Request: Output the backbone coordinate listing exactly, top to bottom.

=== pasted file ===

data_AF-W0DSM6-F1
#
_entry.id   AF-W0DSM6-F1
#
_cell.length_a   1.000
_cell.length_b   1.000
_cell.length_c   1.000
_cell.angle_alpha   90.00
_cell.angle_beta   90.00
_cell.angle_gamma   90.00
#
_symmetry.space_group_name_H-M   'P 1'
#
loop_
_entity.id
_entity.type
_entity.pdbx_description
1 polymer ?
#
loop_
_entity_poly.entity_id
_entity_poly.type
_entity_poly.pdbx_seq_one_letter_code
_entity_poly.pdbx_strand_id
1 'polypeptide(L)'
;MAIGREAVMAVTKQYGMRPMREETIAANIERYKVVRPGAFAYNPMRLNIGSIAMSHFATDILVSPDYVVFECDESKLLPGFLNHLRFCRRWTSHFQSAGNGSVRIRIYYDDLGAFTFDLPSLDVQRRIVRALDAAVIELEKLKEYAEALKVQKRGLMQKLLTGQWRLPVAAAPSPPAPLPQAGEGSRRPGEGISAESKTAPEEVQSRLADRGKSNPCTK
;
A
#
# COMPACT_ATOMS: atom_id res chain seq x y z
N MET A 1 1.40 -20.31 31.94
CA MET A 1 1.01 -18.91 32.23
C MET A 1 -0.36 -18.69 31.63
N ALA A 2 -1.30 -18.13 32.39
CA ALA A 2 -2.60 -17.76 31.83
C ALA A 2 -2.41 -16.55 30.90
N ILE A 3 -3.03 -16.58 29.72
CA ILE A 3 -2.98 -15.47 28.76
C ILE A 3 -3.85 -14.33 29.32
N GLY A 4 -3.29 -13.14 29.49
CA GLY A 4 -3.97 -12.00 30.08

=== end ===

data_AF-W0DSM6-F1
#
_entry.id   AF-W0DSM6-F1
#
_cell.length_a   1.000
_cell.length_b   1.000
_cell.length_c   1.000
_cell.angle_alpha   90.00
_cell.angle_beta   90.00
_cell.angle_gamma   90.00
#
_symmetry.space_group_name_H-M   'P 1'
#
loop_
_entity.id
_entity.type
_entity.pdbx_description
1 polymer ?
#
loop_
_entity_poly.entity_id
_entity_poly.type
_entity_poly.pdbx_seq_one_letter_code
_entity_poly.pdbx_strand_id
1 'polypeptide(L)'
;MAIGREAVMAVTKQYGMRPMREETIAANIERYKVVRPGAFAYNPMRLNIGSIAMSHFATDILVSPDYVVFECDESKLLPGFLNHLRFCRRWTSHFQSAGNGSVRIRIYYDDLGAFTFDLPSLDVQRRIVRALDAAVIELEKLKEYAEALKVQKRGLMQKLLTGQWRLPVAAAPSPPAPLPQAGEGSRRPGEGISAESKTAPEEVQSRLADRGKSNPCTK
;
A
#
# COMPACT_ATOMS: atom_id res chain seq x y z
N MET A 1 1.40 -20.31 31.94
CA MET A 1 1.01 -18.91 32.23
C MET A 1 -0.36 -18.69 31.63
N ALA A 2 -1.30 -18.13 32.39
CA ALA A 2 -2.60 -17.76 31.83
C ALA A 2 -2.41 -16.55 30.90
N ILE A 3 -3.03 -16.58 29.72
CA ILE A 3 -2.98 -15.47 28.76
C ILE A 3 -3.85 -14.33 29.32
N GLY A 4 -3.29 -13.14 29.49
CA GLY A 4 -3.97 -12.00 30.08